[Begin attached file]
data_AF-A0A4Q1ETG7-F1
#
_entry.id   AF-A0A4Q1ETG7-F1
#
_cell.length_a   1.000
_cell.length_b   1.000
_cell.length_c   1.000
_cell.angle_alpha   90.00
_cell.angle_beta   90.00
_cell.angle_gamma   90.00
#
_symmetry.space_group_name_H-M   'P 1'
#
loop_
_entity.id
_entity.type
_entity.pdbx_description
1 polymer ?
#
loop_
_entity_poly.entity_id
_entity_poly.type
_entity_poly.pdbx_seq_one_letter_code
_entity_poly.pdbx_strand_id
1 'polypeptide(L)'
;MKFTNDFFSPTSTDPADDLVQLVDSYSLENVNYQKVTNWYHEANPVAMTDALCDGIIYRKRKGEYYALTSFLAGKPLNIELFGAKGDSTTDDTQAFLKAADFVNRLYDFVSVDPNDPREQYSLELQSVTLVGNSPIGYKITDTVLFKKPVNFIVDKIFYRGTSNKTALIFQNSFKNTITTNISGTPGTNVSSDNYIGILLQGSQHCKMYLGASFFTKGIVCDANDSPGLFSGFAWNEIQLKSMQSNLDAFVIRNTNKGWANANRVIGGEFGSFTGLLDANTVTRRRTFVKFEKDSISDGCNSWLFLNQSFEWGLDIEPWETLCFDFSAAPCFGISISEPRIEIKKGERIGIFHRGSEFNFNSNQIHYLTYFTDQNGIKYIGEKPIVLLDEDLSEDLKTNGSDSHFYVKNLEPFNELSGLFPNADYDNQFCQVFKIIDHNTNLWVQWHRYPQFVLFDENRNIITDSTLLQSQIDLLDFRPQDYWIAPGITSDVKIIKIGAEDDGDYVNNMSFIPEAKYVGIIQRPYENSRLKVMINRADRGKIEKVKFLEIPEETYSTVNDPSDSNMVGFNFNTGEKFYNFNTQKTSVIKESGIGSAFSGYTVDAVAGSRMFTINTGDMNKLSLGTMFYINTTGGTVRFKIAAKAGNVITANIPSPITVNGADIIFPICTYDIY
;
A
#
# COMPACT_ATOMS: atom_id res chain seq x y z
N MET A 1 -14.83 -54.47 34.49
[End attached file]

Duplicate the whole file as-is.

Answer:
data_AF-A0A4Q1ETG7-F1
#
_entry.id   AF-A0A4Q1ETG7-F1
#
_cell.length_a   1.000
_cell.length_b   1.000
_cell.length_c   1.000
_cell.angle_alpha   90.00
_cell.angle_beta   90.00
_cell.angle_gamma   90.00
#
_symmetry.space_group_name_H-M   'P 1'
#
loop_
_entity.id
_entity.type
_entity.pdbx_description
1 polymer ?
#
loop_
_entity_poly.entity_id
_entity_poly.type
_entity_poly.pdbx_seq_one_letter_code
_entity_poly.pdbx_strand_id
1 'polypeptide(L)'
;MKFTNDFFSPTSTDPADDLVQLVDSYSLENVNYQKVTNWYHEANPVAMTDALCDGIIYRKRKGEYYALTSFLAGKPLNIELFGAKGDSTTDDTQAFLKAADFVNRLYDFVSVDPNDPREQYSLELQSVTLVGNSPIGYKITDTVLFKKPVNFIVDKIFYRGTSNKTALIFQNSFKNTITTNISGTPGTNVSSDNYIGILLQGSQHCKMYLGASFFTKGIVCDANDSPGLFSGFAWNEIQLKSMQSNLDAFVIRNTNKGWANANRVIGGEFGSFTGLLDANTVTRRRTFVKFEKDSISDGCNSWLFLNQSFEWGLDIEPWETLCFDFSAAPCFGISISEPRIEIKKGERIGIFHRGSEFNFNSNQIHYLTYFTDQNGIKYIGEKPIVLLDEDLSEDLKTNGSDSHFYVKNLEPFNELSGLFPNADYDNQFCQVFKIIDHNTNLWVQWHRYPQFVLFDENRNIITDSTLLQSQIDLLDFRPQDYWIAPGITSDVKIIKIGAEDDGDYVNNMSFIPEAKYVGIIQRPYENSRLKVMINRADRGKIEKVKFLEIPEETYSTVNDPSDSNMVGFNFNTGEKFYNFNTQKTSVIKESGIGSAFSGYTVDAVAGSRMFTINTGDMNKLSLGTMFYINTTGGTVRFKIAAKAGNVITANIPSPITVNGADIIFPICTYDIY
;
A
#
# COMPACT_ATOMS: atom_id res chain seq x y z
N MET A 1 -14.83 -54.47 34.49